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Keep in touch with what is going on at Pseudomyxoma Survivor.  If you have something you wish to share, please do not hesitate to contact us.

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  1. pmprf

    We are delighted to announce that following recent collaborations with the PMP Research Foundation (PMPF) based in the USA, we can now officially reveal that we have achieved the status of partner organisations.

    Our individual organisations aims and objectives and our passion for the cause compliment each other beautifully, and we are delighted to be joining forces.

    The PMP Research Foundation awards grants for research and organises educational programs worldwide. For further information on the work that PMPRF does, please click on the following link:

    http://www.pmpcure.org/

  2. Baltimore firehouseWe are thrilled to report that our very own founder and CEO Dawn Green has been invited to participate in this year's "Heat it to Beat it" event in Baltimore!

    Pseudomyxoma Survivor has also kindly been offered an awareness table at the event and Dawn has also been invited to give a small presentation before the event gets underway!

    The wonderful Dr Sardi organises this 2.2mile sponsored walk yearly in conjunction with the Mercy Medical Centre for awareness, education and research into peritoneal carcinomatosis.

    We feel incredibly honoured to take part, feedback from Dawn to follow over the weekend!

     

    It's not too late to sponsor Dawn ....
    https://www.kintera.org/faf/donorReg/donorPledge.asp?ievent=1108044&supId=412192213.

    To find out more about Heat it to Beat it, please visit http://heat-it.org.

     

  3. We have been having a discussion within our support group about the fact that the internet will focus on the more 'sensational' rather than the more 'mundane' (for want of better words as mundane certainly isn't a word we would generally apply to the treatment of any of pseudomyxoma patient). So we asked for some of the support group members to share their stories just to show that there isn't always complications and sometimes things just turn out well.

    Mel shares her story with Pseudomyxoma SurvivorMel tells us her story:

    Mel shares her story with Pseudomyxoma SurvivorI was discharged from the Basingstoke and North Hampshire Hospital just 13 days after surgery. I did spend a few days in my local hospital two weeks later due to blood clots on my lungs but five months down the line I have not looked back. I would make the same decision to have the operation even after having it and knowing what I do now. I now have no evidence of disease Mel shares her story with Pseudomyxoma Survivor(NED) and am back to normal.

     

     

    Christi shares her story:

    Christi shares her story with Pseudomyxoma SurvivorI had CRS/HIPEC on October 2009. I spent three days in ICU, due mostly to a previously unknown allergy to morphine. I spent 11 days as an inpatient, recovering from mostly said allergic reaction and getting my system running after said issues. I was up walking a lot on day four. The naso-gastric tube was a pain, but I was back eating without any more issues than I had pre-op at 11 days. I returned to work with just as active a life at three months and surely figure I wouldn't be here today without it. I have been aChristi shares her story with Pseudomyxoma Survivorble to care for and sadly see my parents pass as well as see my sweet daughter start junior high, aside from a few more gray hairs, splotchy complexion and the menopause.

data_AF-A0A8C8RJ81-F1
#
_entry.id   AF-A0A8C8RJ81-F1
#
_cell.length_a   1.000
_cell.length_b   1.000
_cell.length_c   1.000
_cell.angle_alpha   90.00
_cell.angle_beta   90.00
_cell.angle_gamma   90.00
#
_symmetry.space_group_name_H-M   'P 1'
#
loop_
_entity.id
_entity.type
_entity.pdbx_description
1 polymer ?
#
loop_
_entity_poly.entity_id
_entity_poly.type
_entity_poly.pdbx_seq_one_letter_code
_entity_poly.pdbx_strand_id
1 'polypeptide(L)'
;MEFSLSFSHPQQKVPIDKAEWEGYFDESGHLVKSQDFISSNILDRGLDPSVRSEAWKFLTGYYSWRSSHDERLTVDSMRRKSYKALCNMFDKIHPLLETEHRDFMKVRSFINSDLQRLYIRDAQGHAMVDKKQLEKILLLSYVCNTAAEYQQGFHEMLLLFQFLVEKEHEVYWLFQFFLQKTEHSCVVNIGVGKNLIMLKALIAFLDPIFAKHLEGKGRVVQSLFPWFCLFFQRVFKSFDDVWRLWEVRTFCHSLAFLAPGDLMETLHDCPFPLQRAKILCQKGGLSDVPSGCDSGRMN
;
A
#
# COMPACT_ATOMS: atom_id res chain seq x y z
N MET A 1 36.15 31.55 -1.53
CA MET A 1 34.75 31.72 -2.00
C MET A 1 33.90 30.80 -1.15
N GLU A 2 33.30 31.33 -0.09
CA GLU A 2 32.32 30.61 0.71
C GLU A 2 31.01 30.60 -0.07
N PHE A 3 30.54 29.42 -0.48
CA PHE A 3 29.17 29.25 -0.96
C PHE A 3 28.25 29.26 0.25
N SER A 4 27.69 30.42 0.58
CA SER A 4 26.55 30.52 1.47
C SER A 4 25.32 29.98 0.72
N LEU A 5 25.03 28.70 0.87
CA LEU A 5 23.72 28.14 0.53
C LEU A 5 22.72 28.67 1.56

So you see, it isn't all doom and gloom. There are people who have been treated relatively uneventfully and are here to tell the tale. There will be more of these stories to come. You can also read more on our Survivors' Stories page.

  4. Jennifer, her friends and family raising awareness of pseudomyxoma peritonei

    Jennifer, her friends and family raising awareness of pseudomyxoma peritoneiOn August 31st, Jennifer MacDougall ran the 6K Strathclyde Park road race with family and close friends to raise money for Pseudomyxoma Survivor and increase awareness of Pseudomyxoma Peritonei. In May this year during a planned section of her baby boy, Euan, it was discovered that Jennifer had a mucinous cyst on her appendix. Both the cyst and the mucin were removed at the section. This experience inspired Jennifer to raise awareness of Pseudomyxoma Peritonei. At present the running team have raised over £3500!!

    A huge thank you to Jennifer and her friends and family from us here at Pseudomyxoma Survivor, what an amazing story. 

    If you would like to support Jennifer and her running team, please visit https://www.justgiving.com/Jennifer-MacDougall/